As an entrepreneur, you use them to strengthen your contractual position. However, you should avoid using unlawful clauses. In both B2C and B2B, certain disproportionate clauses are illegal or even null and void.

In a B2C relationship, you also have to take into account the rules of ” distance selling” when sales are made via the Internet (these are sales via webshops).

Privacy statement

Individuals are becoming more concerned about their privacy and more aware of their rights. Why should this be different for your customers and visitors? When you start collecting personal datathrough your website, privacy, and more specifically the GDPR, is just around the corner!

Data. Isn’t that what every entrepreneur wants? Through a contact form. By subscribing to a newsletter. Through the form for a download of an e-book. And certainly when you ask for an address for the delivery of an order. As soon as you do any of these things, you need a privacy statement.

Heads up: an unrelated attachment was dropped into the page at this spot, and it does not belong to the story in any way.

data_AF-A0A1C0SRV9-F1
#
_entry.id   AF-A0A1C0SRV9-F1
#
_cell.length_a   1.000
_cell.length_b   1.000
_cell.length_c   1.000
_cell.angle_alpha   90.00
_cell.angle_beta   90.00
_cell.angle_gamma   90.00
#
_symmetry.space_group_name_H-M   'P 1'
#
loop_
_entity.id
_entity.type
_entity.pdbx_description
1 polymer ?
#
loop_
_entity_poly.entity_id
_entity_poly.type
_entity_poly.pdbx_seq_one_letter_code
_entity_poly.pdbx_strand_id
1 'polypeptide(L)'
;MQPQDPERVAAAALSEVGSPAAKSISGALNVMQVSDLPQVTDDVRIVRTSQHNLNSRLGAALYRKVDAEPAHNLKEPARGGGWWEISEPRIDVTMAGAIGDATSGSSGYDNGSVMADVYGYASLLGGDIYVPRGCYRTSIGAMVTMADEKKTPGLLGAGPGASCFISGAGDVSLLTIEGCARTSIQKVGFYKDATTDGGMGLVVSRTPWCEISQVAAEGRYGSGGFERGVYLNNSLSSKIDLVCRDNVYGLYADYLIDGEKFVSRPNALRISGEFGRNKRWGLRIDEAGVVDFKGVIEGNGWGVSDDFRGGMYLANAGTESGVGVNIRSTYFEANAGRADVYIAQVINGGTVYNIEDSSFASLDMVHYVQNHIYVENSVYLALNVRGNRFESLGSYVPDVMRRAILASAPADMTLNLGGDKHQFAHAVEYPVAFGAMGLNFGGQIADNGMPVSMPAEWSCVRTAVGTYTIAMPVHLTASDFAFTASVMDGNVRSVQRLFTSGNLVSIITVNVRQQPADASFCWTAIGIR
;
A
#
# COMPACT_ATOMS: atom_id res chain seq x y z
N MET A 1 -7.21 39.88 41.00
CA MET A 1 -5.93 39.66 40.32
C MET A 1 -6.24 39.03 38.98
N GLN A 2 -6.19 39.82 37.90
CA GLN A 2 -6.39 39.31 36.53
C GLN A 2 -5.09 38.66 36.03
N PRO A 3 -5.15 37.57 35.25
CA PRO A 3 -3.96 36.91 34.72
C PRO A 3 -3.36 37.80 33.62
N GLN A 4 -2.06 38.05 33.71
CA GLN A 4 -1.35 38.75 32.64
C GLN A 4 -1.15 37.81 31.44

By the way, did you know that your visitors and customers do not have to agree to a privacy statement at all? It just has to be communicated to them.

Cookie statement

A website without cookies? It is possible in theory, but in practice it rarely happens. For cookies, therefore, you have to take two things into account.

First of all, you can only place cookies when the visitor has given – correct – permission for this (with an exception for the strictly necessary cookies). This is done by means of a cookie banner or cookie pop-up.

Secondly, you must transparently provide the necessary explanation: which cookies you use, the purpose of these cookies and their retention period. You can use a cookie statement for this.